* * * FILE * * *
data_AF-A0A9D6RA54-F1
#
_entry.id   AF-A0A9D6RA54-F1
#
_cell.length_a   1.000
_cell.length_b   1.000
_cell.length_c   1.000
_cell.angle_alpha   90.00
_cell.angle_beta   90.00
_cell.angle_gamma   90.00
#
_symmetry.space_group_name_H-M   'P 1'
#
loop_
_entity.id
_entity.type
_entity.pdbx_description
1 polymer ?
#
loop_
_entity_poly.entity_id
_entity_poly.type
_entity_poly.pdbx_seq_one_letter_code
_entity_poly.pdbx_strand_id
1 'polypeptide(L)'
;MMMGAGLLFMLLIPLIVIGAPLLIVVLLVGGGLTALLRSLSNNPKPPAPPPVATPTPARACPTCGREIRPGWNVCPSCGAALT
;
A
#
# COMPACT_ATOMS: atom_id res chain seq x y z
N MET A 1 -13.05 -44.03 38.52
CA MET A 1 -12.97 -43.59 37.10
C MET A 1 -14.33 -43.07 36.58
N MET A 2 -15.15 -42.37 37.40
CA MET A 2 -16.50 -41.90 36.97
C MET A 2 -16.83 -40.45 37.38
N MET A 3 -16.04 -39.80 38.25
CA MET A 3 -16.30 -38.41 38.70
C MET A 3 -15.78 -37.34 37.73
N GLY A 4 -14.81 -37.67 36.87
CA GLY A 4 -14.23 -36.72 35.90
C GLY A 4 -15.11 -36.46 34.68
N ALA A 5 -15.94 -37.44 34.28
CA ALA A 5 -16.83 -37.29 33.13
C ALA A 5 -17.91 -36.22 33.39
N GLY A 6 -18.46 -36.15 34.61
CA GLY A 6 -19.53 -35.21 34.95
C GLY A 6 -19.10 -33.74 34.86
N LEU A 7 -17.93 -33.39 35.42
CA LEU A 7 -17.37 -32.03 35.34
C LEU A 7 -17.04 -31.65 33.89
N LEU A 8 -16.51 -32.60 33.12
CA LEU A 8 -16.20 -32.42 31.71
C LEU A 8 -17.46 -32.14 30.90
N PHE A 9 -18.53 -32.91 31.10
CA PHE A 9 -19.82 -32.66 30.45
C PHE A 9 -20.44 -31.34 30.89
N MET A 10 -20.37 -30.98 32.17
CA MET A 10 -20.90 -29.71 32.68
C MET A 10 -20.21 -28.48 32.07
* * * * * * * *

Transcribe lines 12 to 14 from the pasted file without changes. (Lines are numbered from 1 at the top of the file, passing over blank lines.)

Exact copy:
_symmetry.space_group_name_H-M   'P 1'
#
loop_